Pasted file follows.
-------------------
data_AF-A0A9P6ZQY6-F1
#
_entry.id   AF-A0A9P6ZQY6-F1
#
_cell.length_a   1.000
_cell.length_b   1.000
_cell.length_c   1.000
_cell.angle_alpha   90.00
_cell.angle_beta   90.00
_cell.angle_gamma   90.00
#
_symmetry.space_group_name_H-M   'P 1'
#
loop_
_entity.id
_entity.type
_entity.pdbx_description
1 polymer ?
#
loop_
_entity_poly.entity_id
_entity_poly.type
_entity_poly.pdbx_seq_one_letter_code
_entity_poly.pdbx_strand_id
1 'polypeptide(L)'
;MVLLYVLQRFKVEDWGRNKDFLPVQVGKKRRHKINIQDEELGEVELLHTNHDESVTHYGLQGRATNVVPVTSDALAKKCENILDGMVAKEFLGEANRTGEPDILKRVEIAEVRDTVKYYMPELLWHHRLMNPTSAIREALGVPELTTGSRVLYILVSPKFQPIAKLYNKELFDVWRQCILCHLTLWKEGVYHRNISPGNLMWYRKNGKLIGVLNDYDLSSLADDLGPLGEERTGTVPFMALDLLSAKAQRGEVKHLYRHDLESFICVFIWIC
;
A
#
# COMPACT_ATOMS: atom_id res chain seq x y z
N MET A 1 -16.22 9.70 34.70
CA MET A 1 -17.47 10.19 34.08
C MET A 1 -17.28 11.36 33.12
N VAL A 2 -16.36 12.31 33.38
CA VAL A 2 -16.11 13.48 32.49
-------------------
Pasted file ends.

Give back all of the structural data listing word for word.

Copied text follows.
data_AF-A0A9P6ZQY6-F1
#
_entry.id   AF-A0A9P6ZQY6-F1
#
_cell.length_a   1.000
_cell.length_b   1.000
_cell.length_c   1.000
_cell.angle_alpha   90.00
_cell.angle_beta   90.00
_cell.angle_gamma   90.00
#
_symmetry.space_group_name_H-M   'P 1'
#
loop_
_entity.id
_entity.type
_entity.pdbx_description
1 polymer ?
#
loop_
_entity_poly.entity_id
_entity_poly.type
_entity_poly.pdbx_seq_one_letter_code
_entity_poly.pdbx_strand_id
1 'polypeptide(L)'
;MVLLYVLQRFKVEDWGRNKDFLPVQVGKKRRHKINIQDEELGEVELLHTNHDESVTHYGLQGRATNVVPVTSDALAKKCENILDGMVAKEFLGEANRTGEPDILKRVEIAEVRDTVKYYMPELLWHHRLMNPTSAIREALGVPELTTGSRVLYILVSPKFQPIAKLYNKELFDVWRQCILCHLTLWKEGVYHRNISPGNLMWYRKNGKLIGVLNDYDLSSLADDLGPLGEERTGTVPFMALDLLSAKAQRGEVKHLYRHDLESFICVFIWIC
;
A
#
# COMPACT_ATOMS: atom_id res chain seq x y z
N MET A 1 -16.22 9.70 34.70
CA MET A 1 -17.47 10.19 34.08
C MET A 1 -17.28 11.36 33.12
N VAL A 2 -16.36 12.31 33.38
CA VAL A 2 -16.11 13.48 32.49